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What To Do When You’re Lost in Your Script

August 11, 2023
6 min read time

Nowadays, if you’re out and about and you happen to get lost, it’s pretty easy to find your way. Everyone is just a few clicks away from opening a map and finding directions on their phone. 

But if you get lost while writing your screenplay, unfortunately, your phone can’t connect to some big screenwriting satellite in the sky and give you turn-by-turn instructions for what to do.

While maps might not be much help, when you’re lost in your script, thankfully there are a few things you can try to get back on track.  

Read More: 10 Ways to Beat Writer’s Block According to Science

What To Do When You’re Lost in Your Script

Re-Read What You Have So Far

First thing first: read what you’ve written so far. When you’re writing a 100-plus page feature script, it’s easy to lose sight of what’s happening on page one when you’re 50 or 60 pages into the story. Re-reading your own work is a surefire way to help you get back into the groove of writing. 

As you re-read your pages, try NOT to edit anything as you go. Trust me, I know it’s tough. Allow yourself to fix any typos, but make a concerted effort to turn off your editing brain and just read what you have. The point of this exercise is to refresh your memory of the story, not get even further lost in the weeds of revision. 

Get an Outside Perspective

If re-reading your own work doesn’t provide insight, it’s time to turn to a trusted reader. 

As you write, it’s only natural that you’ll get closer and closer to the heart of the story. Which makes it even easier to lose yourself in it, completely unable to see the bigger picture because you’re just too close to it. Having a third party — someone who isn’t actively writing the thing — read your script is a great way to get a fresh perspective on what’s working and, more importantly, what’s not working.

A trusted friend, fellow writer, or, heck, even your mom might be able to identify what’s wrong with your script in minutes, whereas without help it could take you months. And if you want to take it even further, you can always get script coverage from a professional script reader. 

Skip Ahead to the Exciting Part

For those of us that write chronologically — from the beginning of the story all the way through to the end — if you find yourself lost in the weeds of writing, you might want to hit the figurative fast-forward button.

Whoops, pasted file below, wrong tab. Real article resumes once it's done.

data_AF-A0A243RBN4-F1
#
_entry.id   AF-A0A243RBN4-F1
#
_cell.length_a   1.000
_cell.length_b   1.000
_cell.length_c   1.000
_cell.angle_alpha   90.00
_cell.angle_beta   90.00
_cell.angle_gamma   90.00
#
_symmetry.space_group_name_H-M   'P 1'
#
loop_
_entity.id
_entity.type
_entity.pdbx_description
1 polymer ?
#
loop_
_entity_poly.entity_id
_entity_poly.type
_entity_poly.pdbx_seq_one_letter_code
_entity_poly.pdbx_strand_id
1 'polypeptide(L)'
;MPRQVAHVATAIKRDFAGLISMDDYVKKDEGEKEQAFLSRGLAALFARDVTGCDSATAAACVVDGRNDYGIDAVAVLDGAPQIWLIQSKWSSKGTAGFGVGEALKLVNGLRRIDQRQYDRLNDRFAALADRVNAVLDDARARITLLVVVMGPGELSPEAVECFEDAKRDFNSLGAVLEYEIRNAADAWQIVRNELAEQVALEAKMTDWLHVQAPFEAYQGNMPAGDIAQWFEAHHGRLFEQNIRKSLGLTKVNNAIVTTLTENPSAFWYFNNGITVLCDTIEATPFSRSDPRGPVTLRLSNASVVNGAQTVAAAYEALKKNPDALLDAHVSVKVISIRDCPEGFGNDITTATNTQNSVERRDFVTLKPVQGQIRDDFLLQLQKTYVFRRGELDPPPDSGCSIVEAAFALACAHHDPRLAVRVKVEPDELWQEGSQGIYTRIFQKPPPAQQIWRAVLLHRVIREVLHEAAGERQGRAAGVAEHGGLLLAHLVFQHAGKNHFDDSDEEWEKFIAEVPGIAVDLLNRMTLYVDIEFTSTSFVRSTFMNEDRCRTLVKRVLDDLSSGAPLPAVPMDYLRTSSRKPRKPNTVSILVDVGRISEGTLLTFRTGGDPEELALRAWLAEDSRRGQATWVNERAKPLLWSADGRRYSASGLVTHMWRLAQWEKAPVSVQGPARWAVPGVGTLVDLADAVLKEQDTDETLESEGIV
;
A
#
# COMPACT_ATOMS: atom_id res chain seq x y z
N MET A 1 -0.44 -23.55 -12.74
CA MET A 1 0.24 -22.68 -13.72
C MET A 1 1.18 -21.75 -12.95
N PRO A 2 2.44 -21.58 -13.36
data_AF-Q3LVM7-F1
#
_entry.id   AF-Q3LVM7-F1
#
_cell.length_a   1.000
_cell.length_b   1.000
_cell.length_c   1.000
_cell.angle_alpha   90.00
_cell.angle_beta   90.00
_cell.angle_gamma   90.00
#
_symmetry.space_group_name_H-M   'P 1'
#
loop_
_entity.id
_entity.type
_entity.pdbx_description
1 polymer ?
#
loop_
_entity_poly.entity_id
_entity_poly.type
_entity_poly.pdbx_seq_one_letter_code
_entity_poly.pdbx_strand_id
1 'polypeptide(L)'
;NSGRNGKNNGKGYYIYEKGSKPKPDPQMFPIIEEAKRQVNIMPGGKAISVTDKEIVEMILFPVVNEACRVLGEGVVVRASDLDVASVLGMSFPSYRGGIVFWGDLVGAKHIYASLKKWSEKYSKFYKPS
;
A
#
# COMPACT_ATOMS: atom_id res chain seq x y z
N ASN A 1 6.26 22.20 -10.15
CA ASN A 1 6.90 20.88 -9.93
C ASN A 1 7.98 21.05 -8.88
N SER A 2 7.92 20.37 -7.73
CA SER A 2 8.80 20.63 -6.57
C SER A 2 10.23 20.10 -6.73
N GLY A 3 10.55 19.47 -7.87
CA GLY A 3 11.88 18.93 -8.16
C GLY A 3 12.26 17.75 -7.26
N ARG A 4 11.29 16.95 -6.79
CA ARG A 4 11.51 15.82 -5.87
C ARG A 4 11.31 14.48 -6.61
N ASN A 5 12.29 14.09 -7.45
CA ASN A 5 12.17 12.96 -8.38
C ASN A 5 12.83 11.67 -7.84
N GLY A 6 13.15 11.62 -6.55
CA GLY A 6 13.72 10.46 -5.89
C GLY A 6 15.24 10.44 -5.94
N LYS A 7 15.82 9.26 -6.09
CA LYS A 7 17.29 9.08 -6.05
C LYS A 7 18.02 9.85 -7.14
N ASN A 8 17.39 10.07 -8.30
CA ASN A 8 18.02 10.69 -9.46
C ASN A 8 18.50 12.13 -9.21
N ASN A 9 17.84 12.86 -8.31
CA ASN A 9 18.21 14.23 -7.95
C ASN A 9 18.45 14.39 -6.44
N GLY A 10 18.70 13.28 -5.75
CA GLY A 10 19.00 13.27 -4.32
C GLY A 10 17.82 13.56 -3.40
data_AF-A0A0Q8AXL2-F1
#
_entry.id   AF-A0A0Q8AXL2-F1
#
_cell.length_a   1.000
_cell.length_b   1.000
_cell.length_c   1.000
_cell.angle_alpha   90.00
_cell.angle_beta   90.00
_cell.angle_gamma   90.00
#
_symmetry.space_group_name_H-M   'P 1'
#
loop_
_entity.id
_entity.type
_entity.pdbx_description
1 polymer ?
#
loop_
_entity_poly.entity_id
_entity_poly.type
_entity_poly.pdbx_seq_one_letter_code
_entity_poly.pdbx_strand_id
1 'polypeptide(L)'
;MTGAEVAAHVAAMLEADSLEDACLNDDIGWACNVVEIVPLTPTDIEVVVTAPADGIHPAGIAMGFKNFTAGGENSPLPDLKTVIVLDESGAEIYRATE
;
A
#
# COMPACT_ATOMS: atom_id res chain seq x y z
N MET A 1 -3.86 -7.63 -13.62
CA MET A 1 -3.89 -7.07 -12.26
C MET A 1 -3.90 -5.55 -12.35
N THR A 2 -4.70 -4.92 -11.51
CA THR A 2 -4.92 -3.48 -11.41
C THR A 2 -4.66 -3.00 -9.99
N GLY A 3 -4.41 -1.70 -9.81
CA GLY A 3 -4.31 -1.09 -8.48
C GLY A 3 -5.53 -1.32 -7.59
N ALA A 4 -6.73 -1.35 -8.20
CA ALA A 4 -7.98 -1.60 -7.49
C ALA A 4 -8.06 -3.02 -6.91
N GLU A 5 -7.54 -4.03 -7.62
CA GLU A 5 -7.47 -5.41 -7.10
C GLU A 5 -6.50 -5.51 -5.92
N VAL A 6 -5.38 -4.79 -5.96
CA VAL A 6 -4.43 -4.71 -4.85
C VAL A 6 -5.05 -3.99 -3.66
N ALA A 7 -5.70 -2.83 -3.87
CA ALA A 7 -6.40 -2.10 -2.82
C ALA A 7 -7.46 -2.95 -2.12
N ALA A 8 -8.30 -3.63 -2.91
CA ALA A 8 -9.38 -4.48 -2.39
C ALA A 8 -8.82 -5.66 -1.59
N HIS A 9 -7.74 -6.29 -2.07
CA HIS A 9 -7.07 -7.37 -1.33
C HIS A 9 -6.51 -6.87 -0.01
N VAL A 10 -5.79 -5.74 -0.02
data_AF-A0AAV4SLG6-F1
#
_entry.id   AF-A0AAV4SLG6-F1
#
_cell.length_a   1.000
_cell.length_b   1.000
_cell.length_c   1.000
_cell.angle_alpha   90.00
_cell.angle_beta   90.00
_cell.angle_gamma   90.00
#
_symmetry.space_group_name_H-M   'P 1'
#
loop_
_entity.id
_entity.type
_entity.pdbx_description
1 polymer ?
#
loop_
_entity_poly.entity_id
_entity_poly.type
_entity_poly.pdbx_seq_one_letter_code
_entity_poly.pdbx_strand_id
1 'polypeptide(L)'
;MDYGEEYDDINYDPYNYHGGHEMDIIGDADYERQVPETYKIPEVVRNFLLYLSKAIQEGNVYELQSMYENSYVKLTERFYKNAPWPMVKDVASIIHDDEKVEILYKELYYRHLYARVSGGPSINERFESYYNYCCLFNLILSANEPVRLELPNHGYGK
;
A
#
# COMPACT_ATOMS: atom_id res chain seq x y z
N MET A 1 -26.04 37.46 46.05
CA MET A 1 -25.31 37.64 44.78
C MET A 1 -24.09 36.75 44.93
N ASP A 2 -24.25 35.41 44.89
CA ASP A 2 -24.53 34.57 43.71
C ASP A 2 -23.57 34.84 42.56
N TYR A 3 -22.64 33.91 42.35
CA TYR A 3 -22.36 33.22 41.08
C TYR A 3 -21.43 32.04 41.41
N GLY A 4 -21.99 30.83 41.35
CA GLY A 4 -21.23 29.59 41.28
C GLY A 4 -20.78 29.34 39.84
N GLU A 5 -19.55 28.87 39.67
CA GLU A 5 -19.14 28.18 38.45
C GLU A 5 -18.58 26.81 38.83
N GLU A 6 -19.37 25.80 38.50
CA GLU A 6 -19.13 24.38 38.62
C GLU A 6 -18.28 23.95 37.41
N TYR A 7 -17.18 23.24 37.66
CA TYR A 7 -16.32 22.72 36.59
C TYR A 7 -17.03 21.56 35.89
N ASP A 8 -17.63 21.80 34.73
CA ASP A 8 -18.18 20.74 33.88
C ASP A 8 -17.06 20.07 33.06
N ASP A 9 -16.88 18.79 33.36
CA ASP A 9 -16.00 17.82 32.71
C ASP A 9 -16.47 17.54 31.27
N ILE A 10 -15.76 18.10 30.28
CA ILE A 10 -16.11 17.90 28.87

If there’s a scene you’re particularly excited to work on, allow yourself the freedom to skip ahead. Jumping around to whichever parts of your story you feel like writing at the moment might help you find your way out of whatever rut you wrote your way into.

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Solidify Your Structure

The fact that you got lost in your script might be a sign that there’s something bigger to address in a structural sense. 

Without looking at any previous outlines or script pages, re-outline your story. Make sure you can identify the key points of story structure — the inciting incident, midpoint, low point, and climax — and re-examine your story’s three-act structure breakdown. 

If you’re going this route to find your way, what you’re really trying to do is identify the larger problem at hand. Is there something about your story that’s not working at a fundamental level that has caused you to veer off-course?

Remember, identifying the problem is always much harder than coming up with a solution. This is the tough part. Power through until you get back on track! 

Read More: Three-Act Structure: The Foundation of Screenwriting

Talk It Out

Sorry screenwriters, but sometimes we have a tendency to get lost in the words on the page. We spend too much time crafting a quippy line of dialogue or a perfectly-phrased action paragraph and not enough time on the story itself.

If you think this might be the reason you got lost, try shutting that laptop and talking to someone instead.

Tell someone your story verbally, taking them through the key points and events without all the details that go into your Final Draft doc. Pay attention to what questions your audience has, where you start to go awry with the storytelling yourself, and when (or if) the story becomes confusing.

Who’d have thought that talking would be the solution to writing?

*If you’re going to try this, you might consider recording a voice memo of the conversation so you can listen back later!* 

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Stop Writing Your Script

Sometimes the best thing you can do for your writing is to stop writing altogether.

Watch a movie or show you love — maybe something that inspired your work in progress, or something you want to emulate with your story. Read something. Take a walk. Do the dishes. Solve that day’s Wordle.

There’s a lot of pressure to get everything exactly right when you’re sitting at your desk and that cursor on your screen won’t stop blinking. But if you step away — and I’m talking literally, not figuratively — your brain will unconsciously start working out problems in your script for you.

All I’m saying is… I think there’s a reason Dalton Trumbo ended up writing his scripts in the bathtub.   

Personally, I think that if you don’t get lost at least once while writing your script, you’re doing something wrong. The creative process is long and winding, and you’re bound to lose your way at some point. 

So embrace it! Let yourself get gloriously lost in your script, but always try to find your way back in the end.

Read More: 5 Tips to Staying in Screenwriting Shape

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